Display technology hasn't kept up with the improvements in hardware graphics from the likes of companies like Nvidia. So, fully rendered 3D gaming experiences are not all they can be. Now, engineers at Nvidia want to make your display play ball with your graphics hardware to give you the best experience possible.
Nvidia Director of Technical Marketing, Tom Petersen, wrote on a blog post yesterday:
A perfect evening for me is coming home after a long day at NVIDIA, cracking open a Guinness and sitting down to a session of “Starcraft II.” Or even better, jumping into a new indie release like “Antichamber.” That thing still blows my mind.
But much as I love gaming, I’ve always hated the choices you have to make synchronizing to your monitor. With V-SYNC off you can have fast input response time, but images are seriously corrupted by tearing. Or, you can use V-SYNC on, but then games get laggy, and any time the GPU’s FPS falls below the refresh rate of the monitor, animation stutters badly.
Traditional televisions, the originators of computer displays, were set at 60 Hz refresh rates historically. That means the display screen is reconstructed 60 times every second. When it comes to how games screens are "refreshed" the measure is frames per second (fps), which means that every frame is a recreation of the screen. Typically, game frame rates can exceed 100 fps and the higher the frame rate, the smoother the reaction and flow of gameplay.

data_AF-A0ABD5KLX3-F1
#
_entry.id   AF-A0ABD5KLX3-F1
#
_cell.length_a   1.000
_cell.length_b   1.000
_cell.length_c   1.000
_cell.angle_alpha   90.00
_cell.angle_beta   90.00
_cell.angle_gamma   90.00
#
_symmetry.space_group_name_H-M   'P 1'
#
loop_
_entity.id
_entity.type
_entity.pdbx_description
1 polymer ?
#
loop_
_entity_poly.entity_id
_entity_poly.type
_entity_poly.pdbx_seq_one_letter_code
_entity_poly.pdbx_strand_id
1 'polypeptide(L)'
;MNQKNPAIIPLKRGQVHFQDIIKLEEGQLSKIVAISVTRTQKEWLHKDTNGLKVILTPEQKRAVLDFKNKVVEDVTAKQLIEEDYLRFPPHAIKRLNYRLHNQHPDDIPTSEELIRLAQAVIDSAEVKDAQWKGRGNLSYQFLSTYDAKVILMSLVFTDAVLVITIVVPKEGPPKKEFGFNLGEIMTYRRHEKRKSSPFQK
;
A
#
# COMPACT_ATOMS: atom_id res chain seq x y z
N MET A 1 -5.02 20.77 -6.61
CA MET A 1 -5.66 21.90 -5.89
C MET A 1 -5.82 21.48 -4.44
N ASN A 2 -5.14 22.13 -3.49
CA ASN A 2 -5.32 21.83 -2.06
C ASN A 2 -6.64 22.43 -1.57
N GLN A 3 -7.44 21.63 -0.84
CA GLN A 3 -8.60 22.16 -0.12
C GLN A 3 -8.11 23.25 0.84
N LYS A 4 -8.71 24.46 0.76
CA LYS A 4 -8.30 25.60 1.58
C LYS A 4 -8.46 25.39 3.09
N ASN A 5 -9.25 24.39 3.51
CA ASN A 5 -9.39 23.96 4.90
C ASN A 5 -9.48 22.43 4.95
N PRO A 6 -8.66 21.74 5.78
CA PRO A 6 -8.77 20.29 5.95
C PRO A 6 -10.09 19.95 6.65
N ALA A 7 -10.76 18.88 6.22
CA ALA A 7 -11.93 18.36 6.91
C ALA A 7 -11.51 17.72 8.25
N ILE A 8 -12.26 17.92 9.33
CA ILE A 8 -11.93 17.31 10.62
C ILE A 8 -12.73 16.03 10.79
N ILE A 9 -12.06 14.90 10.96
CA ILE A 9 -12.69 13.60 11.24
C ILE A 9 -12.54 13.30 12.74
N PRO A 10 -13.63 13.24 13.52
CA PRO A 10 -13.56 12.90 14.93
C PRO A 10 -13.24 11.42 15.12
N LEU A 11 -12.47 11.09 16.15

A workaround in traditional display is to turn off the Vertical Synchronization (VSync) in your graphic card output (usually enabled in software) which locks the frame output to the refresh rate. However, if your graphics card output is 150 fps and your monitor only manages 120 Hz refresh (which some do), you will experience errors and image issues.
With VSync enabled, you experience tearing, stutter and other artifacts associated with the disparity in the number of frames from your graphics card versus the number of refreshes that your display can handle in 1 second.
G-SYNC is an Nvidia add-on circuit designed to synchronize the monitors refresh rate with the graphics cards' output. Nvidia's GPUs become the determinants in refresh rate. Theoretically, it should result in smooth, non-tearing, highly responsive displays. Gaming nirvana as Tom Petersen likes to say.
Ultimately, the solution is limited to the high-end of the PC gaming market, but if Nvidia can succeed in getting this technology accepted at the display manufacturing level, it could fundamentally change, for the better, the quality of our displays because, even game consoles are capable of very high frame rates and are similarly limited by display technology.